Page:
Finally you state that these extra minutes will do no harm nor good. If it does neither than why is it that we keep them?
I suggest that we have many ways of dealing with this some of them could be:
1- We let them have extra time, giving people a false sense of their strengths, but note beside the grade their handicap
2- We lengthen exam time to fit everybody.
3- Dyslexic people are given the option to have special exams fitted for their disability, but it is shown that they have this in the grade.
4. WE give them the same amount of time as everybody, but beside the score recognise their handicap
5. Dyslexia is treated and gone by exam time so that nobody suffers from it


I'll do step by step rebuttals this round.

Let me start by defining what exams are for: exams are a formal test of a person's knowledge or proficiency in a subject or skill. This means that tests are indeed meant to give an accurate representation of a persons ability of a subject, so is should not be surprising for a dyslexic person to not be so able in a mostly writing exam.
Except that it does not represent his/her knowledge. We aren't f.x testing how well a person can write in a history test. If we take it a bit to the extremes; If I would be missing both my hands and would show up at a test would you as a teacher not give me assistance? I can read and write, but it takes me much much slower than other pupils because I'm holding my pencil by my teeth. I can write perfectly fine, I'm just much slower. Would you say that it is unfair to assist me? Other students don't get any assistance, why should I? I can learn to write as quickly as everyone else but it's still much much harder.

After speaking to many dyslexic people the general consensus from them was that the extra time was a joke, of course they appreciated the extra time given as it did enhance their grade, but even they felt it was an inaccurate representation of their skill.
Tell me, in what way did it enhance their grade? Did the extra time somehow allow them to know more? Did it allow them to increase the capability of their memories so that they'd get better grades? Or did it allow them to finish the test and truly get the grade that they deserve? Or would they rather admit to being disabled and that they should get lower marks just because they had to rewrite the answer four times due to them always messing up the word order?

I know that most universities start by looking at grades only.
Incorrect, this is school dependent and does not hold in your favour each and every time. When applying for HR (Reykjavik university1), one of the many universities here in Iceland you are not only required to hand over your grades but are also, and I translate and quote:

Applicants are required to have graduated secondary education, Primal studies at HR, or other equivalent level of education. When reviewing applications a note is made of grades from secondary, any further education, career experience, participation in social activities and interests/hobbies2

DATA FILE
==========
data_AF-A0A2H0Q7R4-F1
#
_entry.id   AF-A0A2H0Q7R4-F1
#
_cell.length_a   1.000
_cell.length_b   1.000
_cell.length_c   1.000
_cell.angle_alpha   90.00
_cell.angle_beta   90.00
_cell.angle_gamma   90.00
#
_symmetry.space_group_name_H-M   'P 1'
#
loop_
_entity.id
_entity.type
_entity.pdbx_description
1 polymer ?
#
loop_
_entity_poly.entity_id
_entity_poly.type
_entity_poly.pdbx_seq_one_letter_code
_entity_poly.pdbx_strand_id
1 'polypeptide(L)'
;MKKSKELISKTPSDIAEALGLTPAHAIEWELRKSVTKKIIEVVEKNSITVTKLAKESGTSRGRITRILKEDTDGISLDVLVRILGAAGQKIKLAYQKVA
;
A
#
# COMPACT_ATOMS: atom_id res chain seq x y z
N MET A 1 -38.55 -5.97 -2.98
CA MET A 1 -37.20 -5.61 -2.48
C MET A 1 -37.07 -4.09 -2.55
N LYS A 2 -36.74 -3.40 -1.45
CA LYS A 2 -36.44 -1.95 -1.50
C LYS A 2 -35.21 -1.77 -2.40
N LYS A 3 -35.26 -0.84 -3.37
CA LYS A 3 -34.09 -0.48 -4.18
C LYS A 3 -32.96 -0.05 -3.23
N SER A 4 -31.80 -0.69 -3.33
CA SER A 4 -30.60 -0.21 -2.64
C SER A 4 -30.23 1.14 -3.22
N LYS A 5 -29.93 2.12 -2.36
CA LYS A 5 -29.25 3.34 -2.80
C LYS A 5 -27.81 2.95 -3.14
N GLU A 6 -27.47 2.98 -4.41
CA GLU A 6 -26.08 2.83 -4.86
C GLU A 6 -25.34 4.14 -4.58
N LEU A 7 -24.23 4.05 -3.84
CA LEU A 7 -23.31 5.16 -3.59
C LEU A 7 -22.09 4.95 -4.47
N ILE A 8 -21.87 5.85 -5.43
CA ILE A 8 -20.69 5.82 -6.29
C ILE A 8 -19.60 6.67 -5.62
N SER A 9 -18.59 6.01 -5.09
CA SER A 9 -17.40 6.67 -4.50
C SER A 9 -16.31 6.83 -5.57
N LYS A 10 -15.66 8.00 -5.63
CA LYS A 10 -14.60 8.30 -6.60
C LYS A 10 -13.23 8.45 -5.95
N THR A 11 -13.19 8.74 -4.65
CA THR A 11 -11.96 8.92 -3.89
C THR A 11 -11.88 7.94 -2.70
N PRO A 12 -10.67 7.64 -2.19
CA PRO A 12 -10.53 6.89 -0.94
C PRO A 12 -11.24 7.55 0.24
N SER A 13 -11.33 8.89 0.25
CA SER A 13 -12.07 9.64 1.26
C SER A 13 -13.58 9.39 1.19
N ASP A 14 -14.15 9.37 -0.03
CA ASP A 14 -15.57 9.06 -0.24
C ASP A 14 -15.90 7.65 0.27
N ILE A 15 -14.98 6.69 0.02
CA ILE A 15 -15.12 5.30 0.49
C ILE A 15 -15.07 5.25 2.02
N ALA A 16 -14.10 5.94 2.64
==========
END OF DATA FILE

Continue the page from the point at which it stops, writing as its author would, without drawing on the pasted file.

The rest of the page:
HR has more than once and more than twice accepted a student that had lower final grades than another applicant that did not get accepted because he was better fit for the university and the studies that are taught there. Grades are not always a deciding factor. Someone applying for University with dyslexia should be able to correctly estimate what he is capable of and what not, he's a slow reader/writer, he isn't retarded. The disability does not affect his intelligence in any way. If he cannot fully understand how far his limits go he'll fail university and try again later.

Increase font size with all papers.
This isn't a viable option. Let's say that a dyslexic person can read at his best speed with font size 32 ( a bit extreme I admit). Are you going to print out a separate version for each student? The size of my entire round up to this point is a single page, in size 32 it would be 8-fold the amount of pages. A standard 10 page test would well be fit for a novella in size 32 font.

They will not in their work be provided with somebody who can read everything out for them.
Again, dyslexic people aren't retarded. Unless you're talking about kids at the age of 7-9 they will be well aware that they don't have a narrator with them at all times. Remember, we're only talking about tests here, they don't come home and get someone to read the paper, their facebook wall, the rest of the teaching material unless they have an audio book and if they already have a job alongside school they should be getting a pretty good look at how life is.

perhaps we should have a symbol or a sign placed beside the grade
We cannot cherry pick dyslexia out of all other illnesses that might affect the final grade. Do you also want a special symbol for ADHD? How about those mentally challenged? How about depression? That can affect your grade pretty harshly. We'd end up with a system that would take more room than the grade itself.